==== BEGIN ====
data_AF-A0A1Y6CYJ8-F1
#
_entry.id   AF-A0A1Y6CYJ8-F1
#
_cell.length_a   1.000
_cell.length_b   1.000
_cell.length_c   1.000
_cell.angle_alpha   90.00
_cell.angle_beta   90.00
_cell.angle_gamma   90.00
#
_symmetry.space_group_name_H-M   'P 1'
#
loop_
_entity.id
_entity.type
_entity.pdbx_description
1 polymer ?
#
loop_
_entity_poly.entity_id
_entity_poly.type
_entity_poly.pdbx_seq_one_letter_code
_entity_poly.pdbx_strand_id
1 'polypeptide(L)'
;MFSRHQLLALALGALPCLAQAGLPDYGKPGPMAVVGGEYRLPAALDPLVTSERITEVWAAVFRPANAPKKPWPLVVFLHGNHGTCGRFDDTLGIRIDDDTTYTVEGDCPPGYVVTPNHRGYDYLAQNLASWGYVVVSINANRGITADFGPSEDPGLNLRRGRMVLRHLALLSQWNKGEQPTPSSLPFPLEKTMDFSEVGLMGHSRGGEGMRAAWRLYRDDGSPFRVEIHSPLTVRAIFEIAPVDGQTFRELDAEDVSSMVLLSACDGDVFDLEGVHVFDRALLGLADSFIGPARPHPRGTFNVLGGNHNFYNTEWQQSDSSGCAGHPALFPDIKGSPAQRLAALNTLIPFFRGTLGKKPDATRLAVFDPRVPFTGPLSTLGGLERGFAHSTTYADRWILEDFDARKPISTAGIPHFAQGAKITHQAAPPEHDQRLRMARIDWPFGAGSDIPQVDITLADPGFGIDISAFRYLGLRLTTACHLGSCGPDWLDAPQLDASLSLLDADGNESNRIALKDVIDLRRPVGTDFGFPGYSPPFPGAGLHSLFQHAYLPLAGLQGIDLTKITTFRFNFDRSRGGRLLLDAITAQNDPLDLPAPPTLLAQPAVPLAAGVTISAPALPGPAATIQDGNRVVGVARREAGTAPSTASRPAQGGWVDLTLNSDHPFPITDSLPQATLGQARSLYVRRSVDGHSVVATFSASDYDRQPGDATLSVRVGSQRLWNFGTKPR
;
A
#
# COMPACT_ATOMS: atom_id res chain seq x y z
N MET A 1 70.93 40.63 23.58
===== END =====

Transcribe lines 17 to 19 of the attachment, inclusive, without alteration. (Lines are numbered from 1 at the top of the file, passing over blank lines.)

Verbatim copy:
_entity.pdbx_description
1 polymer ?
#